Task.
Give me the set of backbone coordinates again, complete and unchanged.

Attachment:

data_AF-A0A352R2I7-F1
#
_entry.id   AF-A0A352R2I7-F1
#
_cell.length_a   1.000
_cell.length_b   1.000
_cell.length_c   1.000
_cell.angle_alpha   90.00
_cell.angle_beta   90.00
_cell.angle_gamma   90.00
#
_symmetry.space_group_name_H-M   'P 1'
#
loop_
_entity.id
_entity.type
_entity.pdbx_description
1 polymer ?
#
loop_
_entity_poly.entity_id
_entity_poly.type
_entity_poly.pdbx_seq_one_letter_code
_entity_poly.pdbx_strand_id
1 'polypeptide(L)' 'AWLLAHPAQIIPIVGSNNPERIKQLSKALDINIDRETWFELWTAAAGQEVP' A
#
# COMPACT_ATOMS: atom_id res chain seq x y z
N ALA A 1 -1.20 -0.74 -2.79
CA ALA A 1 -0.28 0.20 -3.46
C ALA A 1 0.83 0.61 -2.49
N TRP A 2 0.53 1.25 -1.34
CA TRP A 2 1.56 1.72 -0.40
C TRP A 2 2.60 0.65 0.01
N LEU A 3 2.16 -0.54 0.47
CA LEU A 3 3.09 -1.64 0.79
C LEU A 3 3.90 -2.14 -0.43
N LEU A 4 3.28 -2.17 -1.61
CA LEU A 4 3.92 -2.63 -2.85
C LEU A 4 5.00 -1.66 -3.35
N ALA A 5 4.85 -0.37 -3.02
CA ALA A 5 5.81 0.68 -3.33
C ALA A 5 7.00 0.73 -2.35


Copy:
data_AF-A0A352R2I7-F1
#
_entry.id   AF-A0A352R2I7-F1
#
_cell.length_a   1.000
_cell.length_b   1.000
_cell.length_c   1.000
_cell.angle_alpha   90.00
_cell.angle_beta   90.00
_cell.angle_gamma   90.00
#
_symmetry.space_group_name_H-M   'P 1'
#
loop_
_entity.id
_entity.type
_entity.pdbx_description
1 polymer ?
#
loop_
_entity_poly.entity_id
_entity_poly.type
_entity_poly.pdbx_seq_one_letter_code
_entity_poly.pdbx_strand_id
1 'polypeptide(L)' 'AWLLAHPAQIIPIVGSNNPERIKQLSKALDINIDRETWFELWTAAAGQEVP' A
#
# COMPACT_ATOMS: atom_id res chain seq x y z
N ALA A 1 -1.20 -0.74 -2.79
CA ALA A 1 -0.28 0.20 -3.46
C ALA A 1 0.83 0.61 -2.49
N TRP A 2 0.53 1.25 -1.34
CA TRP A 2 1.56 1.72 -0.40
C TRP A 2 2.60 0.65 0.01
N LEU A 3 2.16 -0.54 0.47
CA LEU A 3 3.09 -1.64 0.79
C LEU A 3 3.90 -2.14 -0.43
N LEU A 4 3.28 -2.17 -1.61
CA LEU A 4 3.92 -2.63 -2.85
C LEU A 4 5.00 -1.66 -3.35
N ALA A 5 4.85 -0.37 -3.02
CA ALA A 5 5.81 0.68 -3.33
C ALA A 5 7.00 0.73 -2.35